Because of their excellent combination of strength and ductility, quenching and partitioning (Q & P) steels have a great chance of being added to the third generation of advanced high strength steels. The large ductility of Q & P steels arises from the [...] Read more.
Because of their excellent combination of strength and ductility, quenching and partitioning (Q & P) steels have a great chance of being added to the third generation of advanced high strength steels. The large ductility of Q & P steels arises from the presence of 10% to 15% of retained austenite which postpones necking due to the transformation induced plasticity (TRIP) effect. Moreover, Q & P steels show promising forming properties with favourable Lankford coefficients, while their planar anisotropy is low due to a weak texture. The stability of the metastable austenite is the key to obtain tailored properties for these steels. To become part of the newest generation of advanced high strength steels, Q & P steels have to preserve their mechanical properties at dynamic strain rates and over a wide range of temperatures. Therefore, in the present study, a low-Si Q & P steel was tested at temperatures from −40 °C to 80 °C and strain rates from 0.001 s−1 to 500 s−1. Results show that the mechanical properties are well-preserved at the lowest temperatures. Indeed, at −40 °C and room temperature, no significant loss of the deformation capacity is observed even at dynamic strain rates. This is attributed to the presence of a large fraction of austenite that is so (thermally) stable that it does not transform in the absence of deformation. In addition, the high stability of the austenite decreases the elongation at high test temperatures (80 °C). The additional adiabatic heating in the dynamic tests causes the largest reduction of the uniform strain for the samples tested at 80 °C. Quantification of the retained austenite fraction in the samples after testing confirmed that, at the highest temperature and strain rate, the TRIP effect is suppressed. Full article
(This article belongs to the Special Issue Advanced High Strength Steels by Quenching and Partitioning)
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Open AccessFeature PaperArticle
Microstructure Evolution and Competitive Reactions during Quenching and Partitioning of a Model Fe–C–Mn–Si Alloy
Metals 2020, 10(1), 137; https://doi.org/10.3390/met10010137 - 16 Jan 2020
Abstract
The mechanisms behind the carbon enrichment of austenite during quenching and partitioning are still a matter of debate. This work investigates the microstructural evolution during the quenching and partitioning of a model Fe–C–Mn–Si alloy by means of in situ high energy X-ray diffraction [...] Read more.
The mechanisms behind the carbon enrichment of austenite during quenching and partitioning are still a matter of debate. This work investigates the microstructural evolution during the quenching and partitioning of a model Fe–C–Mn–Si alloy by means of in situ high energy X-ray diffraction (HEXRD) atom probe tomography, and image analysis. The ultra-fast time-resolved quantitative information about phase transformations coupled with image analysis highlights the formation of carbide-free BCT bainite, which is formed within a very short range during the reheating and partitioning step. Its transformation rate, which is a better indicator than the intrinsic volume fraction, depends on the quenching temperature (QT). It is shown to decrease with decreasing QT, from 45% at QT = 260 °C to 20% at QT = 200 °C. As a consequence, a significant part of the carbon enrichment observed in austenite can be attributed to bainite transformation. Furthermore, a large part of carbon was shown to be trapped into martensite. Both the formation of Fe2.6C iron carbides and the segregation of carbon on lath boundaries in martensite were highlighted by atom probe tomography. The energy for carbon segregation was determined to be 0.20 eV, and the carbon concentration on the lath boundaries was obtained to be around 25 at %. Therefore, the carbon enrichment of austenite is the result of competitive reactions such as carbon partitioning from martensite, bainite transformation, and carbon trapping in martensite. Full article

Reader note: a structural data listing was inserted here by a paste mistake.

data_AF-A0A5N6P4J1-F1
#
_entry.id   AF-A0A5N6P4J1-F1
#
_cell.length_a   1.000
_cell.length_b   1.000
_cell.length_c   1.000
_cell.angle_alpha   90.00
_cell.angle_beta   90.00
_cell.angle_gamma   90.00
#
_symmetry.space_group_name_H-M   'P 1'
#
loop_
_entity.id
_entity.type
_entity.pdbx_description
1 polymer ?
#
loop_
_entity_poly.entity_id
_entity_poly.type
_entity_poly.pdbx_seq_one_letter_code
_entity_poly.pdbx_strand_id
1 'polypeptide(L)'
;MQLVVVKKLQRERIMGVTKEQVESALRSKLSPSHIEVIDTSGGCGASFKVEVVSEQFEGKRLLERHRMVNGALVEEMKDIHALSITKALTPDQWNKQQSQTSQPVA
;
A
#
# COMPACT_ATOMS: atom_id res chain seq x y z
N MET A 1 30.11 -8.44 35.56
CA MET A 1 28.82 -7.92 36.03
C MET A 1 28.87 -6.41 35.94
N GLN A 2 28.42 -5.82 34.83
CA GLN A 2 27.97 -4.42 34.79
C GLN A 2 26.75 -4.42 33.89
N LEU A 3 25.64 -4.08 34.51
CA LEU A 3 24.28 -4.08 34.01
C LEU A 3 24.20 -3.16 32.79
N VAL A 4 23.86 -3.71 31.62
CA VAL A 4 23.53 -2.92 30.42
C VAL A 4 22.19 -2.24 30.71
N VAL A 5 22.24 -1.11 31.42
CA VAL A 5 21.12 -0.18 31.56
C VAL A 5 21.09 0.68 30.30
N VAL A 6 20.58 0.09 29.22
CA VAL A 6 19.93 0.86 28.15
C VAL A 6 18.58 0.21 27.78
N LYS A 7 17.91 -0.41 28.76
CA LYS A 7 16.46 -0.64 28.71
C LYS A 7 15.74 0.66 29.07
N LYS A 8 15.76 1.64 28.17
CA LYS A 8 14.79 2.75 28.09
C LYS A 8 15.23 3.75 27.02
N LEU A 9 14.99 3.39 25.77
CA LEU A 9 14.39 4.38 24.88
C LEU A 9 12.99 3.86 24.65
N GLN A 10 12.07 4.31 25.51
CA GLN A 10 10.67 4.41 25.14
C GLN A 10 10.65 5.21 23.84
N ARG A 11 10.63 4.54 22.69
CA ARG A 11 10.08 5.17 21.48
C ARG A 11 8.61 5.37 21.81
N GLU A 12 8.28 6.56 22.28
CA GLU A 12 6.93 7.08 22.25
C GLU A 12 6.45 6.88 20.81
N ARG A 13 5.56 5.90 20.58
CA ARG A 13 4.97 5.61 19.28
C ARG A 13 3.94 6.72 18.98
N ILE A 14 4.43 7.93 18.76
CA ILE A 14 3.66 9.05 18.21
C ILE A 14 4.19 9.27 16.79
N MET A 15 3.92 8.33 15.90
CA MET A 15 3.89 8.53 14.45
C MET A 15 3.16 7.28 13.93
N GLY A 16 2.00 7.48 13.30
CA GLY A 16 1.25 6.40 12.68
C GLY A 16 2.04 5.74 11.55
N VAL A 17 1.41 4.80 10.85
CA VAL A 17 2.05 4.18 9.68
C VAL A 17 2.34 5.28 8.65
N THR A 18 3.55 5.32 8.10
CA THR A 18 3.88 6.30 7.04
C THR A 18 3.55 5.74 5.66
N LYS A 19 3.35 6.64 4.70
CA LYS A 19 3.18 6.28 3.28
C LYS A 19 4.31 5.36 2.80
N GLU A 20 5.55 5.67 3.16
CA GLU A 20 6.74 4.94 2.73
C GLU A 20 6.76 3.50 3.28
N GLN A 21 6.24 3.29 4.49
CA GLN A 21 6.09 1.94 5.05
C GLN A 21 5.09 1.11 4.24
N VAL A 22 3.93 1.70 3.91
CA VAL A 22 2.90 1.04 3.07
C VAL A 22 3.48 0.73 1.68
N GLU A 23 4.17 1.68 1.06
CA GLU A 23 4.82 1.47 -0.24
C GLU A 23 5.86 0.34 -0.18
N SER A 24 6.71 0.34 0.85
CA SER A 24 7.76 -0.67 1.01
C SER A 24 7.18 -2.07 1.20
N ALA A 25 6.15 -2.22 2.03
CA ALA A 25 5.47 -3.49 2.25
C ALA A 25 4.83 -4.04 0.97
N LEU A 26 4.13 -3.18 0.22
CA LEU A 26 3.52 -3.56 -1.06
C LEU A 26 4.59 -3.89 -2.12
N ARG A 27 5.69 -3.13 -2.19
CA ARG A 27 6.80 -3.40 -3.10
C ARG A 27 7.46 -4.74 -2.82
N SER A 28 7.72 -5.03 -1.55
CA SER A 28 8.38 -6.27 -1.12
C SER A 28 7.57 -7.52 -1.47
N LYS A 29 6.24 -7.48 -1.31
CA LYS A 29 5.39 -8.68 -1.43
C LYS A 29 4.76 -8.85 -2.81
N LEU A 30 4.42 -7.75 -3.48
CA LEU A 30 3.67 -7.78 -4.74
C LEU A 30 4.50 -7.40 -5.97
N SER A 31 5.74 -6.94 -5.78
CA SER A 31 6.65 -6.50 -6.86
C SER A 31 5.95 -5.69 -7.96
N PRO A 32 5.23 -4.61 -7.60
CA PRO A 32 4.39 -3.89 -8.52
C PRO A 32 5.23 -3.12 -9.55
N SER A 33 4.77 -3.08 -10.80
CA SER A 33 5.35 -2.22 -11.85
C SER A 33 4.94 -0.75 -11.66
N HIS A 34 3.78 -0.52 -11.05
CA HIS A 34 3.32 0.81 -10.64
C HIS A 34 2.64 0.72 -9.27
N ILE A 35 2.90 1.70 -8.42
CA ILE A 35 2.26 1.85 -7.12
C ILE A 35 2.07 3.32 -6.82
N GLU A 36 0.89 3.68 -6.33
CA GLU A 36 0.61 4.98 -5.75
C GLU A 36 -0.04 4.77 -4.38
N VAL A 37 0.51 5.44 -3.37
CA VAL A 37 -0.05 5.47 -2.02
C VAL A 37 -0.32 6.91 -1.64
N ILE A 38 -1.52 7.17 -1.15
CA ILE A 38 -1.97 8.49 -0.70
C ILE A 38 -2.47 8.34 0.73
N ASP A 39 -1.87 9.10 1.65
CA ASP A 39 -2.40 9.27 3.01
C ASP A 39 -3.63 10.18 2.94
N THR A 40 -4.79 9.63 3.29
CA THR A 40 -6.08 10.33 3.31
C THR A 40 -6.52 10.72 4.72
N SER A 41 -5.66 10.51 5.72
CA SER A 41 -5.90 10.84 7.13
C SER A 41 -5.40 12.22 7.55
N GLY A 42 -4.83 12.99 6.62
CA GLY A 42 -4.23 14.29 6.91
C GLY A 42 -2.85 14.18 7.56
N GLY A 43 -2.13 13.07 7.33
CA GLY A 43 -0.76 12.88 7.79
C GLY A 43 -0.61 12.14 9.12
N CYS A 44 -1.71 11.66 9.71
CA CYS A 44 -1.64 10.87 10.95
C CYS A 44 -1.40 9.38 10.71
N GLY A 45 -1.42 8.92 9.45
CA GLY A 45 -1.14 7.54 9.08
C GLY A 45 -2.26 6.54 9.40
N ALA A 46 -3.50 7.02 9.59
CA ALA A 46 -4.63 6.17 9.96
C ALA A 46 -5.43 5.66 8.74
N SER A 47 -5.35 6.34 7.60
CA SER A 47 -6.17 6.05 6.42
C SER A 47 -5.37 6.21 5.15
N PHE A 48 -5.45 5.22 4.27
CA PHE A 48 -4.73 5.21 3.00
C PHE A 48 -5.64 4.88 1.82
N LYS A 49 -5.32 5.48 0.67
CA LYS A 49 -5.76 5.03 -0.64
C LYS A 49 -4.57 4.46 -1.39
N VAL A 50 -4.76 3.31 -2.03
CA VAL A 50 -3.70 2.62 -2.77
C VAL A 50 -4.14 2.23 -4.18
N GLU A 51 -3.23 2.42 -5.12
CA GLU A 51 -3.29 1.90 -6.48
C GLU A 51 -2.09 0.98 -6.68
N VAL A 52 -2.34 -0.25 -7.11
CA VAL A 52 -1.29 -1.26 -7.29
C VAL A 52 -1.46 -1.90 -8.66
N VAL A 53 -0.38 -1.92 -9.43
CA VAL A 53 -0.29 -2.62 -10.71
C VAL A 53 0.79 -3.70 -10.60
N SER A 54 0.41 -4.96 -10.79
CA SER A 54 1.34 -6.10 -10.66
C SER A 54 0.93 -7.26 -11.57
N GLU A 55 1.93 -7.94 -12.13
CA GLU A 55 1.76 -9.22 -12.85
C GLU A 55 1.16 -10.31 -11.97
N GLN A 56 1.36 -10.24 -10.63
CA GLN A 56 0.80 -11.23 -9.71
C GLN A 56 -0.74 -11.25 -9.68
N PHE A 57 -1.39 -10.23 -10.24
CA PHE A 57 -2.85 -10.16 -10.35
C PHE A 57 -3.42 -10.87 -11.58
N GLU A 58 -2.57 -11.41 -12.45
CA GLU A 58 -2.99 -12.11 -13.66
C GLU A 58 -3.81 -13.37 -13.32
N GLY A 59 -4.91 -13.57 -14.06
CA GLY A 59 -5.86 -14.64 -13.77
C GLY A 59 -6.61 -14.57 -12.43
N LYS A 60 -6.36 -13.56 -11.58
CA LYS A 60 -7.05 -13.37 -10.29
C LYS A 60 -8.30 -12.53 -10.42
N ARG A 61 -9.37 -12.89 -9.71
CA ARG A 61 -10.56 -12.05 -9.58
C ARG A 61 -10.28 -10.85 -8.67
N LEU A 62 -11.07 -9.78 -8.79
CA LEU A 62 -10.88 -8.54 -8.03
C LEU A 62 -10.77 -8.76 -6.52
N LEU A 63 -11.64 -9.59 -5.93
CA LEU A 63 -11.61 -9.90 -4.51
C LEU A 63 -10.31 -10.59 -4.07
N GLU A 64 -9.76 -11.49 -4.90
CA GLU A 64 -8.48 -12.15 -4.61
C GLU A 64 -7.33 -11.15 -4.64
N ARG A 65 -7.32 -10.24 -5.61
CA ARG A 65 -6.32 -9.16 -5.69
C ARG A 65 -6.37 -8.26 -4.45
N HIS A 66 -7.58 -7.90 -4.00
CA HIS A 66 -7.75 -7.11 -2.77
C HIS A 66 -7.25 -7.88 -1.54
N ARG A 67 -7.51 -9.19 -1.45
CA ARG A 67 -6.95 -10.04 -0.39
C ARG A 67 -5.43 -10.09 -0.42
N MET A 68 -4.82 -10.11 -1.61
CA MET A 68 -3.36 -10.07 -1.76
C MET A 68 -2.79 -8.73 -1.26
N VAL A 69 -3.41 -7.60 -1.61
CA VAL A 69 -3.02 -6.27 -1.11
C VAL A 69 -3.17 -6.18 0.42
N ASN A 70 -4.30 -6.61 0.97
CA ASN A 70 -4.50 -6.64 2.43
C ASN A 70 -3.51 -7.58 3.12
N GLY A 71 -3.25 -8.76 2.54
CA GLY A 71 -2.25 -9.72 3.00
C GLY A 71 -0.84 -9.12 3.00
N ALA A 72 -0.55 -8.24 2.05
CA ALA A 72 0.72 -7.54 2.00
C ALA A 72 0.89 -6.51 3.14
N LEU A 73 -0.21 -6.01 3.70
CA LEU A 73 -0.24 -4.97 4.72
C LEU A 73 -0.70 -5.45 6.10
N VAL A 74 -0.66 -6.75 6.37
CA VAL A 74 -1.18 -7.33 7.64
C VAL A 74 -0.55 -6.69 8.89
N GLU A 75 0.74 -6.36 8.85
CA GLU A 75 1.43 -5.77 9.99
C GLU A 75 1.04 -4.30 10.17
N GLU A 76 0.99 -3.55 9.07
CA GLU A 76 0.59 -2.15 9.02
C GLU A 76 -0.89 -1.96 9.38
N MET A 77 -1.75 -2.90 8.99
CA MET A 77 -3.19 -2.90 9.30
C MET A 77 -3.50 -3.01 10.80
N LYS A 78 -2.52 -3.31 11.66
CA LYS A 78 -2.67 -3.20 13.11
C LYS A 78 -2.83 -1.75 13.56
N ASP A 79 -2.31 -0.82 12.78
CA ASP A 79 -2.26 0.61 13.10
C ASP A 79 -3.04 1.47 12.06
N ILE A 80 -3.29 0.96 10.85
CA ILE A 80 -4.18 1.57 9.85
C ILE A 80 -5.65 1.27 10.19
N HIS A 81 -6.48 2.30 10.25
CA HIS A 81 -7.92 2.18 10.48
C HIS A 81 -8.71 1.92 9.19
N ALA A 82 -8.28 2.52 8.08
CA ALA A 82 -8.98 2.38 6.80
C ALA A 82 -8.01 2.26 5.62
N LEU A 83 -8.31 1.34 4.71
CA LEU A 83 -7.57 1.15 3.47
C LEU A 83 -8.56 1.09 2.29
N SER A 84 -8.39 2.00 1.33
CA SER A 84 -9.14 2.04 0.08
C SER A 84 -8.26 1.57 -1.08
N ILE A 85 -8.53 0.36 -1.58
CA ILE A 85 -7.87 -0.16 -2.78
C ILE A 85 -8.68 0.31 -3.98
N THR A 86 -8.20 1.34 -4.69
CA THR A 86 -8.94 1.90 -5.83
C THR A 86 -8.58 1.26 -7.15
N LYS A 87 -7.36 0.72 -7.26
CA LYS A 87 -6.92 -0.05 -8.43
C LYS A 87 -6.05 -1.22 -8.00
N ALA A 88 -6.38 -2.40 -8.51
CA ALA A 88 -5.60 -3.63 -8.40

(This article belongs to the Special Issue Advanced High Strength Steels by Quenching and Partitioning)
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Open AccessArticle
Enhancing the Mechanical Properties of a Hot Rolled High-Strength Steel Produced by Ultra-Fast Cooling and Q&P Process
Metals 2019, 9(9), 958; https://doi.org/10.3390/met9090958 - 31 Aug 2019
Cited by 1
Abstract
The quenching and partitioning (Q&P) process of advanced high strength steels results in a significant enhancement in their strength and ductility. The development of controlled rolling and cooling technology provides an efficient tool for microstructural design in steels. This approach allows to control [...] Read more.
The quenching and partitioning (Q&P) process of advanced high strength steels results in a significant enhancement in their strength and ductility. The development of controlled rolling and cooling technology provides an efficient tool for microstructural design in steels. This approach allows to control phase transformations in order to generate the desired microstructure in steel and, thus, to achieve the required properties. To refine grain structure in a Fe-Si-Mn-Nb steel and to generate the microstructure consisting of martensitic matrix with embedded retained austenite grains, hot rolling and pressing combined with ultrafast cooling and Q&P process is employed. The slender martensite in hot rolled Q&P steel improves the strength of test steel and the flake retained austenite improves the plasticity and work hardening ability through the Transformation Induced Plasticity (TRIP) effect. Full article